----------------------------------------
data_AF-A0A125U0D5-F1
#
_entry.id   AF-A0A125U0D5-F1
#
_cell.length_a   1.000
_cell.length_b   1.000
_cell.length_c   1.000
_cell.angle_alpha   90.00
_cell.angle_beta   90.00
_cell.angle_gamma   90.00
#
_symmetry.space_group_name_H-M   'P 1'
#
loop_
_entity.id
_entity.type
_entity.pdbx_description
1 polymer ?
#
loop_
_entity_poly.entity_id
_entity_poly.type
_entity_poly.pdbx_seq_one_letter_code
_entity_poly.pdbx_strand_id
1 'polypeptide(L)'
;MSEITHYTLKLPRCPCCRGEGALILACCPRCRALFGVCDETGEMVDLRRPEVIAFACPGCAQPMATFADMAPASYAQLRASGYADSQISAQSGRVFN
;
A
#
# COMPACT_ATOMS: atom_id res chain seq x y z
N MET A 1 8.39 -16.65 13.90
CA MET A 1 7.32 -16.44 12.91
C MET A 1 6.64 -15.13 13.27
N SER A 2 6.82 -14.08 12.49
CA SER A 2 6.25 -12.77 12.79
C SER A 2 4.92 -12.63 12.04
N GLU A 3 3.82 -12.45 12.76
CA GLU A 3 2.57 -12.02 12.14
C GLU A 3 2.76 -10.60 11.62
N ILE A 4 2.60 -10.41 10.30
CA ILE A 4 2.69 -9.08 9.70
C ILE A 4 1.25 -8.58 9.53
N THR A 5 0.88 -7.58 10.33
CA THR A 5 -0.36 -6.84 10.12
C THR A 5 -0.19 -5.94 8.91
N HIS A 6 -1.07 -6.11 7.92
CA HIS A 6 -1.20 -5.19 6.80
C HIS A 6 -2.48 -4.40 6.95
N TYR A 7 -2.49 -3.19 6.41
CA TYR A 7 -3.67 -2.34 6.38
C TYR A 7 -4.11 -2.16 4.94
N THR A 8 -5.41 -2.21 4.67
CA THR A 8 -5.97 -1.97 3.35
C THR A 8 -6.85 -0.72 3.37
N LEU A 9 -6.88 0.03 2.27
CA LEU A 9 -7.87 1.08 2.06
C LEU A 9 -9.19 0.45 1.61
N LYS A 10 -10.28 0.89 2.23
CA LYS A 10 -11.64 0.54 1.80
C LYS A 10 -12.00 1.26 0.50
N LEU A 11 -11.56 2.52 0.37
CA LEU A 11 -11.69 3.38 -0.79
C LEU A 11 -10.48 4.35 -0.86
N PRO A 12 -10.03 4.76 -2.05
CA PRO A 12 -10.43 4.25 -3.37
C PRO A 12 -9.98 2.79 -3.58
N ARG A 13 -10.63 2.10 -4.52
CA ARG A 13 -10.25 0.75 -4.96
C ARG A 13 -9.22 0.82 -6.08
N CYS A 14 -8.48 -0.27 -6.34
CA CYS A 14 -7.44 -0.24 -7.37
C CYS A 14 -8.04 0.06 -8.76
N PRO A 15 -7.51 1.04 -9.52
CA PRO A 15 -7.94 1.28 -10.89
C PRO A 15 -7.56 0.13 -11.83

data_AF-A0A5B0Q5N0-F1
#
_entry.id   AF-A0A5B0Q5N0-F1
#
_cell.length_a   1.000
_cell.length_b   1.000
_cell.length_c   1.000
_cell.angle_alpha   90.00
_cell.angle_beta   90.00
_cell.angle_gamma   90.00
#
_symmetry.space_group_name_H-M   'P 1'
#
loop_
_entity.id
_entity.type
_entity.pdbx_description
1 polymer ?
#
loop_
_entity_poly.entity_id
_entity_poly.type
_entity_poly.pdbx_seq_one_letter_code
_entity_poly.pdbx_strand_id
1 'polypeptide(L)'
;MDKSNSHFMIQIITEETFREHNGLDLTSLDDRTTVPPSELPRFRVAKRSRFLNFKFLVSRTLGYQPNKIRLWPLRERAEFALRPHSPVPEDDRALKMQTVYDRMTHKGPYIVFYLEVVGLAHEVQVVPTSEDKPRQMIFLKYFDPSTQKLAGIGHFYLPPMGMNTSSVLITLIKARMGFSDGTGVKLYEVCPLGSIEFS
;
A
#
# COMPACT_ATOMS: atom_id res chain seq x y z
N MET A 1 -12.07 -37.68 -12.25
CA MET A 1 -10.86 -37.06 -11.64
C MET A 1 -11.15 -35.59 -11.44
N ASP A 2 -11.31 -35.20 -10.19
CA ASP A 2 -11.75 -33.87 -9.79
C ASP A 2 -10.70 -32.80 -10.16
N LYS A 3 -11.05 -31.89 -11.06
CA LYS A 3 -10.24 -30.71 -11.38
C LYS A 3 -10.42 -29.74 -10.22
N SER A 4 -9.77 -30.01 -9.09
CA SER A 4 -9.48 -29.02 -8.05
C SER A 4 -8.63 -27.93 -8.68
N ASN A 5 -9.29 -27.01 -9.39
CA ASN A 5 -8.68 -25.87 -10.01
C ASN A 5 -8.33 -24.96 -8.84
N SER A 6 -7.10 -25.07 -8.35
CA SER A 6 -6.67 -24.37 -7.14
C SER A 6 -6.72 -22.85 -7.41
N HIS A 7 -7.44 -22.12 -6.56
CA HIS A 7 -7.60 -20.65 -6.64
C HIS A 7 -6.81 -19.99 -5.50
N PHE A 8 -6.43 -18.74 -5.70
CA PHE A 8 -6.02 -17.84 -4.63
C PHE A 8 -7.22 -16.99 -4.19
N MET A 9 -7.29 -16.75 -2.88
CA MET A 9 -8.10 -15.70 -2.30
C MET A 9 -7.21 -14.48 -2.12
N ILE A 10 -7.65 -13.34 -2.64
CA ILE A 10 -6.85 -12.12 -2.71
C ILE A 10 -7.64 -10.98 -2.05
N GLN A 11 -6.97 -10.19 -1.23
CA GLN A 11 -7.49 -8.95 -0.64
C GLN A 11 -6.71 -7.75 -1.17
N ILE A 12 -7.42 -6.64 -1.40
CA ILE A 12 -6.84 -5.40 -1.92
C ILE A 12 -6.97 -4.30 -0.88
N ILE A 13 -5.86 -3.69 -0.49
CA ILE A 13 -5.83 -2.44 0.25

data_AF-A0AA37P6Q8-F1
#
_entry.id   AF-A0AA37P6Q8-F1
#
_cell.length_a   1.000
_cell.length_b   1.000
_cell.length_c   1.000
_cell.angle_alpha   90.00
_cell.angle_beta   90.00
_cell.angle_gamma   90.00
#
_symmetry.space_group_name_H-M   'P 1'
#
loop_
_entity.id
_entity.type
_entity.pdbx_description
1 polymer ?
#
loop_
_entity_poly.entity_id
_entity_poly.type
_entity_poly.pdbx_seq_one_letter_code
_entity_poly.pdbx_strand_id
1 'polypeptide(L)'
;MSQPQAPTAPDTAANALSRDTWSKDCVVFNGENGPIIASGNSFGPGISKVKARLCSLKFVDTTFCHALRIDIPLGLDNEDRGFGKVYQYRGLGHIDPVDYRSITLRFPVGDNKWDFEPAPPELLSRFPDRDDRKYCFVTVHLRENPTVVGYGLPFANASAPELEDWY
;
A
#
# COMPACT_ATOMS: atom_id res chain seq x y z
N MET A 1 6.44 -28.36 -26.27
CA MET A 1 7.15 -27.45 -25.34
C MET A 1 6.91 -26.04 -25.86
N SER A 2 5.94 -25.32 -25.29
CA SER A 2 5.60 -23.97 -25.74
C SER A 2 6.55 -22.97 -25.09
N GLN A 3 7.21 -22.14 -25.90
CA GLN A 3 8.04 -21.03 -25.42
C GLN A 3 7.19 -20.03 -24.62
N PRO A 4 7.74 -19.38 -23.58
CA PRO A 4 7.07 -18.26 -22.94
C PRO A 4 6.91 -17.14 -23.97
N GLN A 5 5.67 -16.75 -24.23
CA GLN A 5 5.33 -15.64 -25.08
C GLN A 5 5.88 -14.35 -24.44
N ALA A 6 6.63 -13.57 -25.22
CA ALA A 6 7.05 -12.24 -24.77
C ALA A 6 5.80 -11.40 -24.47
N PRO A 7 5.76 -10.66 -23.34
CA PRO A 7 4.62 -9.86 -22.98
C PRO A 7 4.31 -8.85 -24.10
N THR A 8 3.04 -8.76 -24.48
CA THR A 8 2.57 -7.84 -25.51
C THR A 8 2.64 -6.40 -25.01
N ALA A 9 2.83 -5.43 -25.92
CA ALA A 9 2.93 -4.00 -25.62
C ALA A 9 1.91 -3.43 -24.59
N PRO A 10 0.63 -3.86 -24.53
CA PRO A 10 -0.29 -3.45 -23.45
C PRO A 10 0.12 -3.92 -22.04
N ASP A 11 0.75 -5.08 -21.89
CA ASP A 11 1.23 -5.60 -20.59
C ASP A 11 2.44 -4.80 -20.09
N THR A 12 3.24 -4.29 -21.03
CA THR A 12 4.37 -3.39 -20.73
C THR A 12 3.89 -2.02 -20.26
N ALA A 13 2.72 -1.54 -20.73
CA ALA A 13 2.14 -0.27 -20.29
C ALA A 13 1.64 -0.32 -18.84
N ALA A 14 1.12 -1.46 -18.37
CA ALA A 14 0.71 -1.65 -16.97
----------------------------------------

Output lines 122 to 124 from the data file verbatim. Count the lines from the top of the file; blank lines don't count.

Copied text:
CA SER A 6 -6.67 -24.37 -7.14
C SER A 6 -6.72 -22.85 -7.41
N HIS A 7 -7.44 -22.12 -6.56